Education & Family

Plan for higher university fees for better teaching

Female graduates
Image caption From 2017, some universities will be allowed to charge over £9,000

Universities in England will be able to increase tuition fees above £9,000 from autumn 2017, if they have high-quality teaching, in plans announced by Universities Minister Jo Johnson.

The proposals will also make it easier for new universities to open.

The plans aim to encourage more competition and better consumer value for students.

Labour's Gordon Marsden warned of "inadequate" controls over a "rapid expansion" in new universities.

The proposals, published in a White Paper called Success as a Knowledge Economy, aim to encourage a wider range of new higher education institutions, by speeding up the process allowing them to award their own degrees.

This could include allowing more private institutions to be given university status.

There are also measures to improve the experience of students, by encouraging better teaching and linking this to increases in tuition fees above the current limit.

Image copyright PA
Image caption Universities will have to publish more information about who applies and who gets places

Fees will be able to rise in line with inflation above £9,000 for students starting in 2017-18 for universities considered to offer high quality teaching, based on inspections.

The government will announce in 2016-17 which universities will be able to increase their fees.

A further mechanism for measuring teaching quality, the Teaching Excellence Framework, will be phased in over four years.

There are also suggestions that it should be made easier for students to switch courses and universities.

New watchdog

The policy is aimed at encouraging more new and innovative providers into England's higher education system, with ministers saying that the jobs market needs increasing numbers of high-skilled graduates.

But it also wants to address concerns that the consumer rights of students are not being adequately protected.

There are concerns that too many students think the quality of teaching is not good enough or that there are too few teaching hours or insufficient information before beginning a course.

The White Paper is proposing that a watchdog, the Office for Students, should be created.

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Image caption There will be a new Office for Students to help students get value for money

There will also be encouragement for universities to admit students from a wider range of social backgrounds - with warnings that entry to top universities is still dominated by students from wealthier families.

Universities will have to produce much more detailed information about applications and admissions, in terms of ethnicity, gender and family income.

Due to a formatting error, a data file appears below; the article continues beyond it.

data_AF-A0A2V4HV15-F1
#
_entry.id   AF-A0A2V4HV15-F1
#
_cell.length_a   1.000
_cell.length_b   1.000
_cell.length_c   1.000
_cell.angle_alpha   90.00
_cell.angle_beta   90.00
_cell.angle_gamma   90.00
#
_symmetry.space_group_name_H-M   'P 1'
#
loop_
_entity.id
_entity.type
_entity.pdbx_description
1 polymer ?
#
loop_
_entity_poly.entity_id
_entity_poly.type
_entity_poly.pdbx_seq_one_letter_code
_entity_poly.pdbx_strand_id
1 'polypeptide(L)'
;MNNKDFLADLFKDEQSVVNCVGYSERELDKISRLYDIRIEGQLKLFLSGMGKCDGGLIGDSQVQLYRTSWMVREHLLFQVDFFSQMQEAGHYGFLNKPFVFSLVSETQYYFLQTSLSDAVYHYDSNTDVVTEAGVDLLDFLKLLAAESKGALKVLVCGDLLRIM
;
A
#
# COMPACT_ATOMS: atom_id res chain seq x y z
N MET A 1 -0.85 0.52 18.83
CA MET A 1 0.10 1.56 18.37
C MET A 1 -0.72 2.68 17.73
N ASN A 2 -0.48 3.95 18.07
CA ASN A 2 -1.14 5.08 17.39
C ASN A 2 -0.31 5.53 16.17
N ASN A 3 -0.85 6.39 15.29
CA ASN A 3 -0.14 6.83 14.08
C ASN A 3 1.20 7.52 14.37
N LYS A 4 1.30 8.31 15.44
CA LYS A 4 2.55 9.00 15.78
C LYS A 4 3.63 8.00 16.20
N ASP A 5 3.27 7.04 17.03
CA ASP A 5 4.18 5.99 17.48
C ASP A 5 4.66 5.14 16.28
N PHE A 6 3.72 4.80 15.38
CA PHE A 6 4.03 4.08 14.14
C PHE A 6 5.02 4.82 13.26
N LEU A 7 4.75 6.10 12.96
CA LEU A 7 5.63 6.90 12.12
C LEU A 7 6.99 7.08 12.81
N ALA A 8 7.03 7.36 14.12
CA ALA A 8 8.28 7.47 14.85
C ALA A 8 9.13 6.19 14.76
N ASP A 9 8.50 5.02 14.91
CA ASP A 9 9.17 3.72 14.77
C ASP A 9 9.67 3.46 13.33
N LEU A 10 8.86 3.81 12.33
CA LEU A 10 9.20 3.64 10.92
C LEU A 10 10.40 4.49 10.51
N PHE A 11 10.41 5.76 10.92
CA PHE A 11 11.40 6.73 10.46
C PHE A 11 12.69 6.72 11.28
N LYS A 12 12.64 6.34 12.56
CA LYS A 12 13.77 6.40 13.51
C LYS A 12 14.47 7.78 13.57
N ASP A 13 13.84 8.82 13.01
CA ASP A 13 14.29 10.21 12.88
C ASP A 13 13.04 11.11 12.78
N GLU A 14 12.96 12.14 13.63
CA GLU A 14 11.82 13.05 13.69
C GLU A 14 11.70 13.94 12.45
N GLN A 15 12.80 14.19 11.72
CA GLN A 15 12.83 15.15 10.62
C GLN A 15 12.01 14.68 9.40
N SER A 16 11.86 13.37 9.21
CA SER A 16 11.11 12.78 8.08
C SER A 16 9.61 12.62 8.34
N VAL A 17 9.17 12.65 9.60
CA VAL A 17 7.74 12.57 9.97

'Extend aspirations'

"Our universities are engines of economic growth and social mobility, but if we are to remain competitive and ensure that a high-quality education remains open to all, we cannot stand still," said Mr Johnson.

"Making it easier for high-quality challenger institutions to start offering their own degrees will help drive up teaching quality, boost the economy and extend aspiration and life chances for students from all backgrounds," said the universities minister.

"By creating the Office for Students, we will put student choice, teaching quality and social mobility at the top of the agenda in higher education."

Image caption Jo Johnson wants students to have more consumer protection and better quality teaching

Sorana Vieru, vice president of the National Union of Students, said students would be "outraged" at the prospect of tuition fees being increased.

But she welcomed the recognition of the "need for progress on access and widening participations".

Dame Julia Goodfellow, president of Universities UK, warned of the need to protect quality among new institutions.

"It is important also that any new higher education providers awarding their own degrees or calling themselves 'university' meet these same, high standards."

Sally Hunt, leader of the UCU lecturers' union, warned of the "danger of opening up UK higher education to for-profit providers".

'Greater transparency'

Labour's shadow universities minister, Gordon Marsden, warned that it could be "potentially very dangerous" to allow new providers to award degrees too quickly.

"Who would pick up the pieces if it all went wrong?"

But Josh Hardie, CBI deputy director-general, welcomed the push for better teaching and emphasised the economy's need for more high-skilled employees.

"Skills shortages across our country show we need to take action. It's right to focus on high-quality university teaching, as well as giving students and employers greater transparency."

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